Russia may fine citizens who use SpaceX’s Starlink internet service

The Falcon 9 rocket will launch five dozen Starlink satellites on August 18, 2020.
Zoom in / The Falcon 9 rocket will launch five dozen Starlink satellites on August 18, 2020.


Russia’s legislature, the State Duma, is considering penalties for individuals and companies in the country that use Western-based satellite Internet services. The proposed law seeks to prevent access to the Internet by SpaceX’s Starlink service, OneWeb, or other Russian satellite constellations under development.

According to a recent report in the Russian version of Popular Popular Mechanics, the proposed fines for legal entities using the West range from 10,000 to 30,000 rubles ($ 135- $ 405) and from 500,000 to 1 million rubles (6,750 to 13,500) for satellite services.

In a Russian-language article translated for Ars by Robinson Mitchell, members of the Duma insisted that independent access to the Internet would bypass the country’s Operation Professional Search Measures, which monitors Internet usage and mobile communications. As part of the country’s tight control over media and communications, all Russian Internet traffic must pass through a Russian communications provider.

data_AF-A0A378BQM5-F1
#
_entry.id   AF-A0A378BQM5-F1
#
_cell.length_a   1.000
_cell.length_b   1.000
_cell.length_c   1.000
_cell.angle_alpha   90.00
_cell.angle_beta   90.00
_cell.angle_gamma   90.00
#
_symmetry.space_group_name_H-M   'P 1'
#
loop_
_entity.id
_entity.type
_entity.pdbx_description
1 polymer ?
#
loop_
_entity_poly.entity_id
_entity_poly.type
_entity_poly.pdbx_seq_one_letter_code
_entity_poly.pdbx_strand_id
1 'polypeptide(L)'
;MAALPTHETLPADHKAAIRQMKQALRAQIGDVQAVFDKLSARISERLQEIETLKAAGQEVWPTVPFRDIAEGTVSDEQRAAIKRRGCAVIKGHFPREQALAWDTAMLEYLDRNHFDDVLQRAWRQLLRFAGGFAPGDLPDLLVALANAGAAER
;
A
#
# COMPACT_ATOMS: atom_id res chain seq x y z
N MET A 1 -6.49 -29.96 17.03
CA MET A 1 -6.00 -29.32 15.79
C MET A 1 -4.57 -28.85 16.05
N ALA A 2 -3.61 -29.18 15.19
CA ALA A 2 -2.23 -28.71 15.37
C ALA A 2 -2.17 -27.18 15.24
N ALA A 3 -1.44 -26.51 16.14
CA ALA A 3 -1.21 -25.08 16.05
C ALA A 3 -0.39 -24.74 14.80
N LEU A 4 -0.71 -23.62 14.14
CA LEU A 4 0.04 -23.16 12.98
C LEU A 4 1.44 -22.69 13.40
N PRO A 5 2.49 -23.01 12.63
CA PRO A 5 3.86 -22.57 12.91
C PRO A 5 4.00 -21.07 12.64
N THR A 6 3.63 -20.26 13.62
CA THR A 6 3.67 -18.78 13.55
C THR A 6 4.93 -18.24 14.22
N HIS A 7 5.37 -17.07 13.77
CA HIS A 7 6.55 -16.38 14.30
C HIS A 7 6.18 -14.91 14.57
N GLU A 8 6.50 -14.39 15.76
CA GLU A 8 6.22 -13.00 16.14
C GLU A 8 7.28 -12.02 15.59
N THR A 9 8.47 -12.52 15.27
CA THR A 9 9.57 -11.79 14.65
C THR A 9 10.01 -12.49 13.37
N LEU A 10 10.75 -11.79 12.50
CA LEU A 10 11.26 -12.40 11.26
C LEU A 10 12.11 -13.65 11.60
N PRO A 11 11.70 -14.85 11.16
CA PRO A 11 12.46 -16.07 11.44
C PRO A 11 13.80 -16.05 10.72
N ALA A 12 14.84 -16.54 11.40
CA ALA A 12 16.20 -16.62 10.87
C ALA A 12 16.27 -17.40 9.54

Not surprisingly, Russia will take steps to disrupt the Starlink service – the country’s space chief Dmitry Rogozin sees SpaceX as a major competitor in spaceflight.

NASA and the U.S. have agreed to subsidize SpaceX through an agreement with the Rogozin government. The Department of Defense criticizes both. (While it’s true that SpaceX has received billions of dollars worth of launch contracts from the U.S. government, it has also provided launch services at a significant discount compared to other providers.) More with uninterrupted communication. Special forces.

Starlink, Rogozin said last August Gust, is part of the USA’s hunter-gatherer, clever, powerful, high-tech policy, which uses mourning and intimidation to advance its military interests. Rogozin also claims SpaceX’s claim that Starlink is designed to provide Internet service to one percent of the Earth’s surface, on which the terrestrial Internet is not “nonsense.”

The ban on OneWeb is even more interesting, as the company is using Russian Soyuz rockets to launch almost all of its initial constellations into orbit. Monthly OneWeb satellites are planned to be launched this year, mainly from spaceports in Baikonur, Kazakhstan and Vostochny in Russia. OneWeb is effectively helping to propel a struggling Russian launch industry at a time when SpaceX will drop the country on a commercial launch agreement.

Not to be outdone by Western competitors, Russia is planning its own satellite Internet constellation, known as the “Round”. However there are questions about the affordability of this constellation, which could start in 2024. The program’s budget has not been confirmed, but some reports suggest it could run as high as 20 billion. This is much more than the money spent on Russian civilian space. The current budget of the Russian space corporation Roscosmos, led by Rogozin, receives about 2. 2.4 billion a year.